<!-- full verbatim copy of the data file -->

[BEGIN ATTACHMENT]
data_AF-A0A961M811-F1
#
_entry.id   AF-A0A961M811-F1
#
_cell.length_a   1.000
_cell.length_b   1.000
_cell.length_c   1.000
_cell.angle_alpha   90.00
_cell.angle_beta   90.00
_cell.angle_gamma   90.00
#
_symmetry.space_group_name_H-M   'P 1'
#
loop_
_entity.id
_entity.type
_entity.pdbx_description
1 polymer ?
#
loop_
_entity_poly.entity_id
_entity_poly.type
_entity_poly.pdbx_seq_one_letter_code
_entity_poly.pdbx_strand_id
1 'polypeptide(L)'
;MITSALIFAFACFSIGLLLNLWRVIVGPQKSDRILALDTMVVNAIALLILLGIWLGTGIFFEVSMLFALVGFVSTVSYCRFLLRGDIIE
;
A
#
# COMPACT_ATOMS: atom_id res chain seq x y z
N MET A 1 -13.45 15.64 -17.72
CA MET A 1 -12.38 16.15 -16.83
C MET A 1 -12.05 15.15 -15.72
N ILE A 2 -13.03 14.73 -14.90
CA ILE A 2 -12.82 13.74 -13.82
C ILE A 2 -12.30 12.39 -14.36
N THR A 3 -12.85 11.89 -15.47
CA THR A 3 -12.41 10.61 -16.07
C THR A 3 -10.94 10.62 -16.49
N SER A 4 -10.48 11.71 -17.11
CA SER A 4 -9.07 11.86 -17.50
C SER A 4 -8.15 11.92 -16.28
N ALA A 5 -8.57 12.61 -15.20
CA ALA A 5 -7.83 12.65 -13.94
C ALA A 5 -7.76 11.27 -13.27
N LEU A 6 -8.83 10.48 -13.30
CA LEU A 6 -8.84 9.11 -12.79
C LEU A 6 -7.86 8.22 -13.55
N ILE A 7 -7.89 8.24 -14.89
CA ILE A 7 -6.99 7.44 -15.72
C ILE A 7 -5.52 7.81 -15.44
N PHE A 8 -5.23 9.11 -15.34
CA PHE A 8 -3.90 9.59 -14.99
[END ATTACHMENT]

data_AF-A0A961M811-F1
#
_entry.id   AF-A0A961M811-F1
#
_cell.length_a   1.000
_cell.length_b   1.000
_cell.length_c   1.000
_cell.angle_alpha   90.00
_cell.angle_beta   90.00
_cell.angle_gamma   90.00
#
_symmetry.space_group_name_H-M   'P 1'
#
loop_
_entity.id
_entity.type
_entity.pdbx_description
1 polymer ?
#
loop_
_entity_poly.entity_id
_entity_poly.type
_entity_poly.pdbx_seq_one_letter_code
_entity_poly.pdbx_strand_id
1 'polypeptide(L)'
;MITSALIFAFACFSIGLLLNLWRVIVGPQKSDRILALDTMVVNAIALLILLGIWLGTGIFFEVSMLFALVGFVSTVSYCRFLLRGDIIE
;
A
#
# COMPACT_ATOMS: atom_id res chain seq x y z
N MET A 1 -13.45 15.64 -17.72
CA MET A 1 -12.38 16.15 -16.83
C MET A 1 -12.05 15.15 -15.72
N ILE A 2 -13.03 14.73 -14.90
CA ILE A 2 -12.82 13.74 -13.82
C ILE A 2 -12.30 12.39 -14.36
N THR A 3 -12.85 11.89 -15.47
CA THR A 3 -12.41 10.61 -16.07
C THR A 3 -10.94 10.62 -16.49
N SER A 4 -10.48 11.71 -17.11
CA SER A 4 -9.07 11.86 -17.50
C SER A 4 -8.15 11.92 -16.28
N ALA A 5 -8.57 12.61 -15.20
CA ALA A 5 -7.83 12.65 -13.94
C ALA A 5 -7.76 11.27 -13.27
N LEU A 6 -8.83 10.48 -13.30
CA LEU A 6 -8.84 9.11 -12.79
C LEU A 6 -7.86 8.22 -13.55
N ILE A 7 -7.89 8.24 -14.89
CA ILE A 7 -6.99 7.44 -15.72
C ILE A 7 -5.52 7.81 -15.44
N PHE A 8 -5.23 9.11 -15.34
CA PHE A 8 -3.90 9.59 -14.99